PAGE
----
From the road: 5 health tips for summer
From melanoma to bacteria, Dr Denyse offers her top tips to minimise health risks in extreme heat.
1. Reduce your melanoma risk
We are all aware of the ‘Slip, Slop, Slap’ campaign to prevent sunburn and UV-induced skin damage. Recent research shows that daily sun block application greatly reduces the incidence of melanoma. If you are concerned about nano-particles in sunscreen, as I am, use a nano-free cream from the Cancer Foundation. Call them on 1300 760 535 — you'll be supporting cancer research at the same time.
2. Avoid nasty diseases
Particularly at dawn and dusk, wear light-coloured clothing and use repellent on exposed skin to avoid being bitten by mozzies. They can transmit nasty viral illnesses like Ross River Virus, Dengue, Bahmah Forest Virus in Australia, and Malaria in nearby Asian countries... not to mention the annoying itch.
Tip: Think very carefully before you use Dettol and baby oil mixture as a repellent. Dettol's manufacturer does not recommend using its disinfectant undiluted on skin. Repeated exposure can cause a severe rash similar to those caused by industrial chemicals.
3. Drink the right stuff
In warm weather, be mindful of proper hydration (particularly if you're doing something active like bushwalking). The proper fluid to replace losses from perspiration is pure water. If bodily fluids are being lost, for example through diarrhoea or vomiting, they should be replaced with electrolyte solutions, available at any pharmacy. Sports drinks are loaded with salts and sugar and are not recommended, except in extreme situations. They can cause a number of complications for the older age group and people on various medications.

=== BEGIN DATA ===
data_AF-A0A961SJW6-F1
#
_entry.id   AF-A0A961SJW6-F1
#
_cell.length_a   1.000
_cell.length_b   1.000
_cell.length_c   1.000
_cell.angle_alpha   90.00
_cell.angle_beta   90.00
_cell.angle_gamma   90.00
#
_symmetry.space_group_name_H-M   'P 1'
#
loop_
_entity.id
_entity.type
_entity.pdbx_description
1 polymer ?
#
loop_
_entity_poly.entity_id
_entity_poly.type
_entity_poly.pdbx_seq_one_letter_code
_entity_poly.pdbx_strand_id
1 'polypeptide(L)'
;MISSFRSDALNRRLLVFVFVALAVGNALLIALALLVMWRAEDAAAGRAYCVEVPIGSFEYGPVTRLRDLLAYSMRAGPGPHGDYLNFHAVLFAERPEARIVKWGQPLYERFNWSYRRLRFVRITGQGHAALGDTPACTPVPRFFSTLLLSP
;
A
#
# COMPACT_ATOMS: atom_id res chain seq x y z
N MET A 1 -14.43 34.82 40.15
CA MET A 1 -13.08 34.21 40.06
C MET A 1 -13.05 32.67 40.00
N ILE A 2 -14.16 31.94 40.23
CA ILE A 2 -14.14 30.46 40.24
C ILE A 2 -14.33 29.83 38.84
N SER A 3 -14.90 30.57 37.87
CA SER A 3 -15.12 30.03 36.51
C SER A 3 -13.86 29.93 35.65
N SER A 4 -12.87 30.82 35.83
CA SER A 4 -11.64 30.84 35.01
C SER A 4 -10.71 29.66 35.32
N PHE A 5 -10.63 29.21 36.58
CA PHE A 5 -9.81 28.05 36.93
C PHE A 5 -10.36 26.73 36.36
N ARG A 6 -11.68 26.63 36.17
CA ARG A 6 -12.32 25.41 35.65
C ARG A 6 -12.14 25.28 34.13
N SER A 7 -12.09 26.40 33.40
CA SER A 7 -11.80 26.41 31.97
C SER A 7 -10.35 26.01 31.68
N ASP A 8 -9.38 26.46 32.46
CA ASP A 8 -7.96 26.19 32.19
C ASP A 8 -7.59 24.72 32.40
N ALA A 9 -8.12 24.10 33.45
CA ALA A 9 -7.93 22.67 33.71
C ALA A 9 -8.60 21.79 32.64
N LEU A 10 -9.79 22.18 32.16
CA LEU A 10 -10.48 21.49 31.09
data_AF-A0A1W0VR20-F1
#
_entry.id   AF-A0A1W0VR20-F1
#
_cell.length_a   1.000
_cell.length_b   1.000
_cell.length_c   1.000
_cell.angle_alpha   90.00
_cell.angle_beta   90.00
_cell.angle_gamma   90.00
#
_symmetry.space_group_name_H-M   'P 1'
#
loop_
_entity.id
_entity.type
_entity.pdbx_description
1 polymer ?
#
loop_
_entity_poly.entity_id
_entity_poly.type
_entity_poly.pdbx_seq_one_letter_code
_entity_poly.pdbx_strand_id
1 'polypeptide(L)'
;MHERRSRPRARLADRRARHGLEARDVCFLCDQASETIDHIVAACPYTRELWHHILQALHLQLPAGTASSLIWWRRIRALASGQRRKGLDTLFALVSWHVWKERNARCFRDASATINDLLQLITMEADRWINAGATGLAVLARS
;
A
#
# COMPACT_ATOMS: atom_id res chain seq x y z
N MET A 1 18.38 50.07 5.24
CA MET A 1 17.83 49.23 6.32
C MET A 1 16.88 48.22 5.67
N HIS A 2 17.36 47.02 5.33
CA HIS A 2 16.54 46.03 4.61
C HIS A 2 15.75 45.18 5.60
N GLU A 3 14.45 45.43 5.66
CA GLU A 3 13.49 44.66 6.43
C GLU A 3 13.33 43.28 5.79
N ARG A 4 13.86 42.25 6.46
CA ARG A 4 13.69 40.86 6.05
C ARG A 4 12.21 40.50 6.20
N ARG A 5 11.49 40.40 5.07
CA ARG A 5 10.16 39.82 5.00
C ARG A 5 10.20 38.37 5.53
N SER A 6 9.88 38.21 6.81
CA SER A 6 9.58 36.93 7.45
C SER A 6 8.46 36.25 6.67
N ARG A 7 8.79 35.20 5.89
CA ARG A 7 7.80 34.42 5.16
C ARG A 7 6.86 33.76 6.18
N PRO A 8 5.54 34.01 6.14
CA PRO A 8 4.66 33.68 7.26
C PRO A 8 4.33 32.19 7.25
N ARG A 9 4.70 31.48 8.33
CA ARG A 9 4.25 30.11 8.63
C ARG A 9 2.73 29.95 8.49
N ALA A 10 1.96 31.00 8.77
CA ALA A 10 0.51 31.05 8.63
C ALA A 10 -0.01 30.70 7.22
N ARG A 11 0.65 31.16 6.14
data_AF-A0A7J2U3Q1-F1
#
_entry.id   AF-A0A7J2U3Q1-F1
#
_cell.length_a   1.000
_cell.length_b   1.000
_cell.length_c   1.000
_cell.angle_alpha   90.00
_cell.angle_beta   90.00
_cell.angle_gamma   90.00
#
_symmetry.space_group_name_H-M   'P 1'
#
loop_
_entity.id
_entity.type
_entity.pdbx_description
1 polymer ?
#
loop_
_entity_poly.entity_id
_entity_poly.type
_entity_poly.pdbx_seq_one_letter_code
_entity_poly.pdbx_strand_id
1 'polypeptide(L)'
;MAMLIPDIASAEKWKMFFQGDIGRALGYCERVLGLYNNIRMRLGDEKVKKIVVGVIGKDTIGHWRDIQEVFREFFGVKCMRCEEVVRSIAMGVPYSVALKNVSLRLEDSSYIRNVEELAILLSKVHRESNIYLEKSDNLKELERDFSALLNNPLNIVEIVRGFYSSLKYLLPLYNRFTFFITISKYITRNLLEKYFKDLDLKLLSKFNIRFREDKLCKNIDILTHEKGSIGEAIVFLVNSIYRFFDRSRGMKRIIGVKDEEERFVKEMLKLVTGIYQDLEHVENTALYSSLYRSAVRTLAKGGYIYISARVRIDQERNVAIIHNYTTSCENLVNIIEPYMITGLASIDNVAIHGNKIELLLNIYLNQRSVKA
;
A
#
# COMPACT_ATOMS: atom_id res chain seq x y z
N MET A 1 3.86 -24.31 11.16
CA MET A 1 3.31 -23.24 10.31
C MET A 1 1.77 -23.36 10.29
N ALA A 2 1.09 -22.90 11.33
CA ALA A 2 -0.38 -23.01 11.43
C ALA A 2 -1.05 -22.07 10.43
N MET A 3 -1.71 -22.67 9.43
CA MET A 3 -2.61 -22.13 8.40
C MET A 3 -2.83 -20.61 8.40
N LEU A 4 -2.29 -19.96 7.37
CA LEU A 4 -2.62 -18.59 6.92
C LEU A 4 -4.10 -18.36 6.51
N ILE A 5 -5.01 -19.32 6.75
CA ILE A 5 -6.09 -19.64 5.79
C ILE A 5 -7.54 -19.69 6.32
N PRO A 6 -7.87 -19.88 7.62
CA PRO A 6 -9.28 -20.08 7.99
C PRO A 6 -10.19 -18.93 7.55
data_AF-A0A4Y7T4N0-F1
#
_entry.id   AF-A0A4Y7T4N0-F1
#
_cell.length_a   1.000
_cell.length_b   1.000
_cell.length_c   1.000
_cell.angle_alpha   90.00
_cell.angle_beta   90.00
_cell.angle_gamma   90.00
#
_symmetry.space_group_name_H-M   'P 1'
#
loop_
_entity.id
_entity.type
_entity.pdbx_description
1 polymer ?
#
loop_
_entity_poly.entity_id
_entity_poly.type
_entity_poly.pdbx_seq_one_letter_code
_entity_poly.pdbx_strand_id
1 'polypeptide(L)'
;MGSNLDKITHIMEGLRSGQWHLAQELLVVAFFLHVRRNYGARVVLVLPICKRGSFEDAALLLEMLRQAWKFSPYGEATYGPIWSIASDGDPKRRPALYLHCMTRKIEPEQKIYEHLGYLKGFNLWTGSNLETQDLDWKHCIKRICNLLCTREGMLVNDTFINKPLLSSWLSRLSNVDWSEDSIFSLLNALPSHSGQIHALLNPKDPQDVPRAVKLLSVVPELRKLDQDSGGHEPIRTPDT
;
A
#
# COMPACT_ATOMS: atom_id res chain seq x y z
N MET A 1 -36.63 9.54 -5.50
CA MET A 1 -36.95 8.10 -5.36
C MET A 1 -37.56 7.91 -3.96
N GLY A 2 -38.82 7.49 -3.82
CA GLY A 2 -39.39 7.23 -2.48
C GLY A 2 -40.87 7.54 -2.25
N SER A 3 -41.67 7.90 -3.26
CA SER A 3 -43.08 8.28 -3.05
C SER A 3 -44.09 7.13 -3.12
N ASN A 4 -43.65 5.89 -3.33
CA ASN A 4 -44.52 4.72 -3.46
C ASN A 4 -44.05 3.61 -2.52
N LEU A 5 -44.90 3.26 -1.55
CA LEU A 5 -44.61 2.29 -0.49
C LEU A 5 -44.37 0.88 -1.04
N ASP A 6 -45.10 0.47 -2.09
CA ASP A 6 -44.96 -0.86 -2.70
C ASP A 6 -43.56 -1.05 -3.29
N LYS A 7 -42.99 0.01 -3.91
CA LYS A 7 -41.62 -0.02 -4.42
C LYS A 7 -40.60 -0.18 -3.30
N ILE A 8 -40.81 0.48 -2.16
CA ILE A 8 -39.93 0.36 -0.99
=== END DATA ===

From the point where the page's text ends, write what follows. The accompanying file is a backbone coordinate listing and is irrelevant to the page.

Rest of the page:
4. Bacteria alert!
As temperatures soar, bacteria multiply much faster, so safe food storage becomes even more important than usual. Do not keep food in the danger zone (5°C to 60°C) any longer than necessary.
Tip: A significant number of food poisoning cases occur at home (that includes your RV or tent) and the main cause of this is allowing juices from uncooked meat, chicken or fish to contaminate foods that will be eaten raw, such as salads. For the same reason, never put cooked meat back on the plate it was on when raw.
5. Take it slow
There is always temptation to cram as much into our holidays as possible, and sometimes this means we drive too fast or too far to maximize our holiday time. Driving tired is a factor in an exorbitant amount of traffic accidents, so be careful.
Tip: Driving at a slower pace allows us to make the journey an enjoyable part of the trip, rather than something that must be endured.
Please share any other tips you have below, and I would like to wish every one a safe and happy summer break!